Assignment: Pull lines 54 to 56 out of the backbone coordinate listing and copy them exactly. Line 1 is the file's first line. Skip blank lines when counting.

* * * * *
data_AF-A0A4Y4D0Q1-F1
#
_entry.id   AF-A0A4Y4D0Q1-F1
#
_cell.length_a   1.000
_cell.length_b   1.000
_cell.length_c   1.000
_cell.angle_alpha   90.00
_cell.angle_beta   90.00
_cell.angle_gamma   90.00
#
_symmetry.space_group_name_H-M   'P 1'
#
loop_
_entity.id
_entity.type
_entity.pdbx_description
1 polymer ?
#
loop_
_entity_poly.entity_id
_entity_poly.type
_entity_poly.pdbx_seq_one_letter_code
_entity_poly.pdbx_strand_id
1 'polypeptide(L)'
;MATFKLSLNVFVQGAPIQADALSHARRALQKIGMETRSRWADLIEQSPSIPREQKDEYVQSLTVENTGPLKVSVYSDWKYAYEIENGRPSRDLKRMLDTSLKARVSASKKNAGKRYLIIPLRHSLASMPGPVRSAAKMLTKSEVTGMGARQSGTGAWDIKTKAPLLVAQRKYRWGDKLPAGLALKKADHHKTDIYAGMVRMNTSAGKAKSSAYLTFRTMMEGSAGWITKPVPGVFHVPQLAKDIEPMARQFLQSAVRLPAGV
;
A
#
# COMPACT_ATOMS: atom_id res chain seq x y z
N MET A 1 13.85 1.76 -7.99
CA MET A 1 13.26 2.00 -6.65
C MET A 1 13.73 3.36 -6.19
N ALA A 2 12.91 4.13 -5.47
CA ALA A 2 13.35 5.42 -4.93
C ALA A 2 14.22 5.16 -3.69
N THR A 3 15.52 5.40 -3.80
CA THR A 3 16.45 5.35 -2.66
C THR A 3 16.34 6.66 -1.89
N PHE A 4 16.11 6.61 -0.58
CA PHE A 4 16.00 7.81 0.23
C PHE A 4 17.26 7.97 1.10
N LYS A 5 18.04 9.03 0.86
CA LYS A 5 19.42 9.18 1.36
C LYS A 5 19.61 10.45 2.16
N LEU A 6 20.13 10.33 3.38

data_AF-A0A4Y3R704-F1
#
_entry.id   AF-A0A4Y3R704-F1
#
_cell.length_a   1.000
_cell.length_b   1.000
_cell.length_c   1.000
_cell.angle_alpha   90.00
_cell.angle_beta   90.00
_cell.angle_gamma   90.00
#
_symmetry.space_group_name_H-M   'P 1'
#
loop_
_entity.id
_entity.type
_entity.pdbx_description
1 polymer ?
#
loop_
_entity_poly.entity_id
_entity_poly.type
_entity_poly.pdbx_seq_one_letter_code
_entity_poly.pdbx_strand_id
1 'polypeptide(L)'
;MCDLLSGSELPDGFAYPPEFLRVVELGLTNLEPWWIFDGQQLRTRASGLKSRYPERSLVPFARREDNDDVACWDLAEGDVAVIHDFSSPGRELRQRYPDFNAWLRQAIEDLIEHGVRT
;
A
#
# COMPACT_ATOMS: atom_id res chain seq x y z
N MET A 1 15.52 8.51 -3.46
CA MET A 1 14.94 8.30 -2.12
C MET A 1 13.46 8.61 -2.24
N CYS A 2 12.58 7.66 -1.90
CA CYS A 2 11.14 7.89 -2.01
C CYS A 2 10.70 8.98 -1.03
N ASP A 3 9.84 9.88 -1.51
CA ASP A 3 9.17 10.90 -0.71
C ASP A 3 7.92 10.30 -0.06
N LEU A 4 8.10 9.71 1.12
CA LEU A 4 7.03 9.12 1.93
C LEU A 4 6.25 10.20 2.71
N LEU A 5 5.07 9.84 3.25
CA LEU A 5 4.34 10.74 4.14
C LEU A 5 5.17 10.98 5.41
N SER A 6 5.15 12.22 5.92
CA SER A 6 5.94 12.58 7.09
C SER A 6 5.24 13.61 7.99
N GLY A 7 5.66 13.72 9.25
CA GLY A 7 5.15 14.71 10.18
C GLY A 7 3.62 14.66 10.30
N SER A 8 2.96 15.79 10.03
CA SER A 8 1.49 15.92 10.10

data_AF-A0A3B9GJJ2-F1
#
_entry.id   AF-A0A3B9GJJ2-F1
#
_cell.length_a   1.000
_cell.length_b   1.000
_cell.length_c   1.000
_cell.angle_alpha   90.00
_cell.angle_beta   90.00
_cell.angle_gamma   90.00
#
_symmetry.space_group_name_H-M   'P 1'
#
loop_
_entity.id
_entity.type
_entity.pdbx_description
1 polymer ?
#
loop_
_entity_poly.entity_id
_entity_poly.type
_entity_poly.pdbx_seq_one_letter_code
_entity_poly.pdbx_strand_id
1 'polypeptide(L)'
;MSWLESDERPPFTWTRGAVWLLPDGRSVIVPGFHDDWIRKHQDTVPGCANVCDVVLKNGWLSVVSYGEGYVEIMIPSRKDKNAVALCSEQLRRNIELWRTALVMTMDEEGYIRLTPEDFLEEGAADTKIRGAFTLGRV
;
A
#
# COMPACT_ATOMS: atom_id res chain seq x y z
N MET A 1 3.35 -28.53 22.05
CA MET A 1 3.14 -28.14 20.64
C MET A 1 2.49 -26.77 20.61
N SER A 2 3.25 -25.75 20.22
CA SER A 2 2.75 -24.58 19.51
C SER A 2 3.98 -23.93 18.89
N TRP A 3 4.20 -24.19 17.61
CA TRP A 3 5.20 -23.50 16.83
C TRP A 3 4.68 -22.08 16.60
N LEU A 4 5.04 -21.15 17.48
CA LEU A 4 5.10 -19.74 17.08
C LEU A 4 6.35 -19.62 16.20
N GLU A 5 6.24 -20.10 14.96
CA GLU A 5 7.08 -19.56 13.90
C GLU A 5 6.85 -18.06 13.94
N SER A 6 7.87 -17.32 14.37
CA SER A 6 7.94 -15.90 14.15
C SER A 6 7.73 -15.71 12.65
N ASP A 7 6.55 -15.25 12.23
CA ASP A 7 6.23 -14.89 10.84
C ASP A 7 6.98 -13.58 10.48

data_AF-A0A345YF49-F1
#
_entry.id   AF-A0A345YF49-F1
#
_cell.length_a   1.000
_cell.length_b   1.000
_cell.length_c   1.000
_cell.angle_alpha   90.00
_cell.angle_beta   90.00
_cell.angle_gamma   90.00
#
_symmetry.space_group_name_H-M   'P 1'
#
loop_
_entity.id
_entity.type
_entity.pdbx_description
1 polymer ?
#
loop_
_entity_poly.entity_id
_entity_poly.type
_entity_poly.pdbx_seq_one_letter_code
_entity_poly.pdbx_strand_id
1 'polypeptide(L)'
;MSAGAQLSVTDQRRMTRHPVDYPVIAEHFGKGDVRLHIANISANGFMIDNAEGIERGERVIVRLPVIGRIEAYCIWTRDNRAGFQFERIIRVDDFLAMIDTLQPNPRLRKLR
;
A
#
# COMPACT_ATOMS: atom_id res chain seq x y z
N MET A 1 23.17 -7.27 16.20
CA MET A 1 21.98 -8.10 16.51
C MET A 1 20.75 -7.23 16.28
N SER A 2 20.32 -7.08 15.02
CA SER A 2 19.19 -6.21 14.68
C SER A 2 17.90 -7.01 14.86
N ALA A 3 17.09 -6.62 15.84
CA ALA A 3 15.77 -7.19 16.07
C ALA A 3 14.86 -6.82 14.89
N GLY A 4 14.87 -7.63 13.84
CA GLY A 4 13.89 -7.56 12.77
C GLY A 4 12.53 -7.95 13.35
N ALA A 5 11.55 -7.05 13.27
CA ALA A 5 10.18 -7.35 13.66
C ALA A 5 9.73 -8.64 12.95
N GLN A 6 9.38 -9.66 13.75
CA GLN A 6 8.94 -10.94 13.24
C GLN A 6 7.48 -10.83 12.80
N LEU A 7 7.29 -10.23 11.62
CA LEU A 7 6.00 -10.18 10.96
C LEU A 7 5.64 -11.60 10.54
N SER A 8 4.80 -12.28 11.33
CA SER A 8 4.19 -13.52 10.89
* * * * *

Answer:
_cell.angle_alpha   90.00
_cell.angle_beta   90.00
_cell.angle_gamma   90.00